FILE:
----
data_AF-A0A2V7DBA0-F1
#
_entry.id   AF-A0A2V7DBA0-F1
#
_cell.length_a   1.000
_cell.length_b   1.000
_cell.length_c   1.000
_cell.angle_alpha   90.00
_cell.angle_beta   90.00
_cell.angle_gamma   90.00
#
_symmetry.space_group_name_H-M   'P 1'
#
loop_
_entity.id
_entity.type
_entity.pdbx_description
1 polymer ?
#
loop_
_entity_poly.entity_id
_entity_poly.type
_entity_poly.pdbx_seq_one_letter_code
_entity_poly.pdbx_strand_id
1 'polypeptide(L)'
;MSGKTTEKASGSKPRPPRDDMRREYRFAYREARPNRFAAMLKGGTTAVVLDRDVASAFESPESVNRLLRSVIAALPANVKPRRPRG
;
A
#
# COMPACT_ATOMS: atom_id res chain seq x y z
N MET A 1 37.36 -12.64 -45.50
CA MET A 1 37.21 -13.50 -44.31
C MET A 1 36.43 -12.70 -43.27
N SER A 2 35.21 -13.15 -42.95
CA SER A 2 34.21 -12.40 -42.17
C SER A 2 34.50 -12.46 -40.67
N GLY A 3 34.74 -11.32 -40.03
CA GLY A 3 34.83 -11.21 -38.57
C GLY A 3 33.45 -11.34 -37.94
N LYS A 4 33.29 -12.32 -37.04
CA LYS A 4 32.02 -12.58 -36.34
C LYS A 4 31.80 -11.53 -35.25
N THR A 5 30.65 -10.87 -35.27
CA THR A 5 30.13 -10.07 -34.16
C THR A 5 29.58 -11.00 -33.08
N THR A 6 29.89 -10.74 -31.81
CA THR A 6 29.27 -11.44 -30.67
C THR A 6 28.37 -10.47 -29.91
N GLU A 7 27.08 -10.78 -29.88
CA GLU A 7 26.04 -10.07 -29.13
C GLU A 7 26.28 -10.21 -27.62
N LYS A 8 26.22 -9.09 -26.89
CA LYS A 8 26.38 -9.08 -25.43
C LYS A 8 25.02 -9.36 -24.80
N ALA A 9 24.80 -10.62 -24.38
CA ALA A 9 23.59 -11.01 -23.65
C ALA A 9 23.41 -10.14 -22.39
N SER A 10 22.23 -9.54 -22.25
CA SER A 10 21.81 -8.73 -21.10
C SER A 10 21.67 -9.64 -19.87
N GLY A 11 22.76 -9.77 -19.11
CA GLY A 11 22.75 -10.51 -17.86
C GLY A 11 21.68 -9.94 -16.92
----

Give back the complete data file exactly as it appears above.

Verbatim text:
data_AF-A0A2V7DBA0-F1
#
_entry.id   AF-A0A2V7DBA0-F1
#
_cell.length_a   1.000
_cell.length_b   1.000
_cell.length_c   1.000
_cell.angle_alpha   90.00
_cell.angle_beta   90.00
_cell.angle_gamma   90.00
#
_symmetry.space_group_name_H-M   'P 1'
#
loop_
_entity.id
_entity.type
_entity.pdbx_description
1 polymer ?
#
loop_
_entity_poly.entity_id
_entity_poly.type
_entity_poly.pdbx_seq_one_letter_code
_entity_poly.pdbx_strand_id
1 'polypeptide(L)'
;MSGKTTEKASGSKPRPPRDDMRREYRFAYREARPNRFAAMLKGGTTAVVLDRDVASAFESPESVNRLLRSVIAALPANVKPRRPRG
;
A
#
# COMPACT_ATOMS: atom_id res chain seq x y z
N MET A 1 37.36 -12.64 -45.50
CA MET A 1 37.21 -13.50 -44.31
C MET A 1 36.43 -12.70 -43.27
N SER A 2 35.21 -13.15 -42.95
CA SER A 2 34.21 -12.40 -42.17
C SER A 2 34.50 -12.46 -40.67
N GLY A 3 34.74 -11.32 -40.03
CA GLY A 3 34.83 -11.21 -38.57
C GLY A 3 33.45 -11.34 -37.94
N LYS A 4 33.29 -12.32 -37.04
CA LYS A 4 32.02 -12.58 -36.34
C LYS A 4 31.80 -11.53 -35.25
N THR A 5 30.65 -10.87 -35.27
CA THR A 5 30.13 -10.07 -34.16
C THR A 5 29.58 -11.00 -33.08
N THR A 6 29.89 -10.74 -31.81
CA THR A 6 29.27 -11.44 -30.67
C THR A 6 28.37 -10.47 -29.91
N GLU A 7 27.08 -10.78 -29.88
CA GLU A 7 26.04 -10.07 -29.13
C GLU A 7 26.28 -10.21 -27.62
N LYS A 8 26.22 -9.09 -26.89
CA LYS A 8 26.38 -9.08 -25.43
C LYS A 8 25.02 -9.36 -24.80
N ALA A 9 24.80 -10.62 -24.38
CA ALA A 9 23.59 -11.01 -23.65
C ALA A 9 23.41 -10.14 -22.39
N SER A 10 22.23 -9.54 -22.25
CA SER A 10 21.81 -8.73 -21.10
C SER A 10 21.67 -9.64 -19.87
N GLY A 11 22.76 -9.77 -19.11
CA GLY A 11 22.75 -10.51 -17.86
C GLY A 11 21.68 -9.94 -16.92